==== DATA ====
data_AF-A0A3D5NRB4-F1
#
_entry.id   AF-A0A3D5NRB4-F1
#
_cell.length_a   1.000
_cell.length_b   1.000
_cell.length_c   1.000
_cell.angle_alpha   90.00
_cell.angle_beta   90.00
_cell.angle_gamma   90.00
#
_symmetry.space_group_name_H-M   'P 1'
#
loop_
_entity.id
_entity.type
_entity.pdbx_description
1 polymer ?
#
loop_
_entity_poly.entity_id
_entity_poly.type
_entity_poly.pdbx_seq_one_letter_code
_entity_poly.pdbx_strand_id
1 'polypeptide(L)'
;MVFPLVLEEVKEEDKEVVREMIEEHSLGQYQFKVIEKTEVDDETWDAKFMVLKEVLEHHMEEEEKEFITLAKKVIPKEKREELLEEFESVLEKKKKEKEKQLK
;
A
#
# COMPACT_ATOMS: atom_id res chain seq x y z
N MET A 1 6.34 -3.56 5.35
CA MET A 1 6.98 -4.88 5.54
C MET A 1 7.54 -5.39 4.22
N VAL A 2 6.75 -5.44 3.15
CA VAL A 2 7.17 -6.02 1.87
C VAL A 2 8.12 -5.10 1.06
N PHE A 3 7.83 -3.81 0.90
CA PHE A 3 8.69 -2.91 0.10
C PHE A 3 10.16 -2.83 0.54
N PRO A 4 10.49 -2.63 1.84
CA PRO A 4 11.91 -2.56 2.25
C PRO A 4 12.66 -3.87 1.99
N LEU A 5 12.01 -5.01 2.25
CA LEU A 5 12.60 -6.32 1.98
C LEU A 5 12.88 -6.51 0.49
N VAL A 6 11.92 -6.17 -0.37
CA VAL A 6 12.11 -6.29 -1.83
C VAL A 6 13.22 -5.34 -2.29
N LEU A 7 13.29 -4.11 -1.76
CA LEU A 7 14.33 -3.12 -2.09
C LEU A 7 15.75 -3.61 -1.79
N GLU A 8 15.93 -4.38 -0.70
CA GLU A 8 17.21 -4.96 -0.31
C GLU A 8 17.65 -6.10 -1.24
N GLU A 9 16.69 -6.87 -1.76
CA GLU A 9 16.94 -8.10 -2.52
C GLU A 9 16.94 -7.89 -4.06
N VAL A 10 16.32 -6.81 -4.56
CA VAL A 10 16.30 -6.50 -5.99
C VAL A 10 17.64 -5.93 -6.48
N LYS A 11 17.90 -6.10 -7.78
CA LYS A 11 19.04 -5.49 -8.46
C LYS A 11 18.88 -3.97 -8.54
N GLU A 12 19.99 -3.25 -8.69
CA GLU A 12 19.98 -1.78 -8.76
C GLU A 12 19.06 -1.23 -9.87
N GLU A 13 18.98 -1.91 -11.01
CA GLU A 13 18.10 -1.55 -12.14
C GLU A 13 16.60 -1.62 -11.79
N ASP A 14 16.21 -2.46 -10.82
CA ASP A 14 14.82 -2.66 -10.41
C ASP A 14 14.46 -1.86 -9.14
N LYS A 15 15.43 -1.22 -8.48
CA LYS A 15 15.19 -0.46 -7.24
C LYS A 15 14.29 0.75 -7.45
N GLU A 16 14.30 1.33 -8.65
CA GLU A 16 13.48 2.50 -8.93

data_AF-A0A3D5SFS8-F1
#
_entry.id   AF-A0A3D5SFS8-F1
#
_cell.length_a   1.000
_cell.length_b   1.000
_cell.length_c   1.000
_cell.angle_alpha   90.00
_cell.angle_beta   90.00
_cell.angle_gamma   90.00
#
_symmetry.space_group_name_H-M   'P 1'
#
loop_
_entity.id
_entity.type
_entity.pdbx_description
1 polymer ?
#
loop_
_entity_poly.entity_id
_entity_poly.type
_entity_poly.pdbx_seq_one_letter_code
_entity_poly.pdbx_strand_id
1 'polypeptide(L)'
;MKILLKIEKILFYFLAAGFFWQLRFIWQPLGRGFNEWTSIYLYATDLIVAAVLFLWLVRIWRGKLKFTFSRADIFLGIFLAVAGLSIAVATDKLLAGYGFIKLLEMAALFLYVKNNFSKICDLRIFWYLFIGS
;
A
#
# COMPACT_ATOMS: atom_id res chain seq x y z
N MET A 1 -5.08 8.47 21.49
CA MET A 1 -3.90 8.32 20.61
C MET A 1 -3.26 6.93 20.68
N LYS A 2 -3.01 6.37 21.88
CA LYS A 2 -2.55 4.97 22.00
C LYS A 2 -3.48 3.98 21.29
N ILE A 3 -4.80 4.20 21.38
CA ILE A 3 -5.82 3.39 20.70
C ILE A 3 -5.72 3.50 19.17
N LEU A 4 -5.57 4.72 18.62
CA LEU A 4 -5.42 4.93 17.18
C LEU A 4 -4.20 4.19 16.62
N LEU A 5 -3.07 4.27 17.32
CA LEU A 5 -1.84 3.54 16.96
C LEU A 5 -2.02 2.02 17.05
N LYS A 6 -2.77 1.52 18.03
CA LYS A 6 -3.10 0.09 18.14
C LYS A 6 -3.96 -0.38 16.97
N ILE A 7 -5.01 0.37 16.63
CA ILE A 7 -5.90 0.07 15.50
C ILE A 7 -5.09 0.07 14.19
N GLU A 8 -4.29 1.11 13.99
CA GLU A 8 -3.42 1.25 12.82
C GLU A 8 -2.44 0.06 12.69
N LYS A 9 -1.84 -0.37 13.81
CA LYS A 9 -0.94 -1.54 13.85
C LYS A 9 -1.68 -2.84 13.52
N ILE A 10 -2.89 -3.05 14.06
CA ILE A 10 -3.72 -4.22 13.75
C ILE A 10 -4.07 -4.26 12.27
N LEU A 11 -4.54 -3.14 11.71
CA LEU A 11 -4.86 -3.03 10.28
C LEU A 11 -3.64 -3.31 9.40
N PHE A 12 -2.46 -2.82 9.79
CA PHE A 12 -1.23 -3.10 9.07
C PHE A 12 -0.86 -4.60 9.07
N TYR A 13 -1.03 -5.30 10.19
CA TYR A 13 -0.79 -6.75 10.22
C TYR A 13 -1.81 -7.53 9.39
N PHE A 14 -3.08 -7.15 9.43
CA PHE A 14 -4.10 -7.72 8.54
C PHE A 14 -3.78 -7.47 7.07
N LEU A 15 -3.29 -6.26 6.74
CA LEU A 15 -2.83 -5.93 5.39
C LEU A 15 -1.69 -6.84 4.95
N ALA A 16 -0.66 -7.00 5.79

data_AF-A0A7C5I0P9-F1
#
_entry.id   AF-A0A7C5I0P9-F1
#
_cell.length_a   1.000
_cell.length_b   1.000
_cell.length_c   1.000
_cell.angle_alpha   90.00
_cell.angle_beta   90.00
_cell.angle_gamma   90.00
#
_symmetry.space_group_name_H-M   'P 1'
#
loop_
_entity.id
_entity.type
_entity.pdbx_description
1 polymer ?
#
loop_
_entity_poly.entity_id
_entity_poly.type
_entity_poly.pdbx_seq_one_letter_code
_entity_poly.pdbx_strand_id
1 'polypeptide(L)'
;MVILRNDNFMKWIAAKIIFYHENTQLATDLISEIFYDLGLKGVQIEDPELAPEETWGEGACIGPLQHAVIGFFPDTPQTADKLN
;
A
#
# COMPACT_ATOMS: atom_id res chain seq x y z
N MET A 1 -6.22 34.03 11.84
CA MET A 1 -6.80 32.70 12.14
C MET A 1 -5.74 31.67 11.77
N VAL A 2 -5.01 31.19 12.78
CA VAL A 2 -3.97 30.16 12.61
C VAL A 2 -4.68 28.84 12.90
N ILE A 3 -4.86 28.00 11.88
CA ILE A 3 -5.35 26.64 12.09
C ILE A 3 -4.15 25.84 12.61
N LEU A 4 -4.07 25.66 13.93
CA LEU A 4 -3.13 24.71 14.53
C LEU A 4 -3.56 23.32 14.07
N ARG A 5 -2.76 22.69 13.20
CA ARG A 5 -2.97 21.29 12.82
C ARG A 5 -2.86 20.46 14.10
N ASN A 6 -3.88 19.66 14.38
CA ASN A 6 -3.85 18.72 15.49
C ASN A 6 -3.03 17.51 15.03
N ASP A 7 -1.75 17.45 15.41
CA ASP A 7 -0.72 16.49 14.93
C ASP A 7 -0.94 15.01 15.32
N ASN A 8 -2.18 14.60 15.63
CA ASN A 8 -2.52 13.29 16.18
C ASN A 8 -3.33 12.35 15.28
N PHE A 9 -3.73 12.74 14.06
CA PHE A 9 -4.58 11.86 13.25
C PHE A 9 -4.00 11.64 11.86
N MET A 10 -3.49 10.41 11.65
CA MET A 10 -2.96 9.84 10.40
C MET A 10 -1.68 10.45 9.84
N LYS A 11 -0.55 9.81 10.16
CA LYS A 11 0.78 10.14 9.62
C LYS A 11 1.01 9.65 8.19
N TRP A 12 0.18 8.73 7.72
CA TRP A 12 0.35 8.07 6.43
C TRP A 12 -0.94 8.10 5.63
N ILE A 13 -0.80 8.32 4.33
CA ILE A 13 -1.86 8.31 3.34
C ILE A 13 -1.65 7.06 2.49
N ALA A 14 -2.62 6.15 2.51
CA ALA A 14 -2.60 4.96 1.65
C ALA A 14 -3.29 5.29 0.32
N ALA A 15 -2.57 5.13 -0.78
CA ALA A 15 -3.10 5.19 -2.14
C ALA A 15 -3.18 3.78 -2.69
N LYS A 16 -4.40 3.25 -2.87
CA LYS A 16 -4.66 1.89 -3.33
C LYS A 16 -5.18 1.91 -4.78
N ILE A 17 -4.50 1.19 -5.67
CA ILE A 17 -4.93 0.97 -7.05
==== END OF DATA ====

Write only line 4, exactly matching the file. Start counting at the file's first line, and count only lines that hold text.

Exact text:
#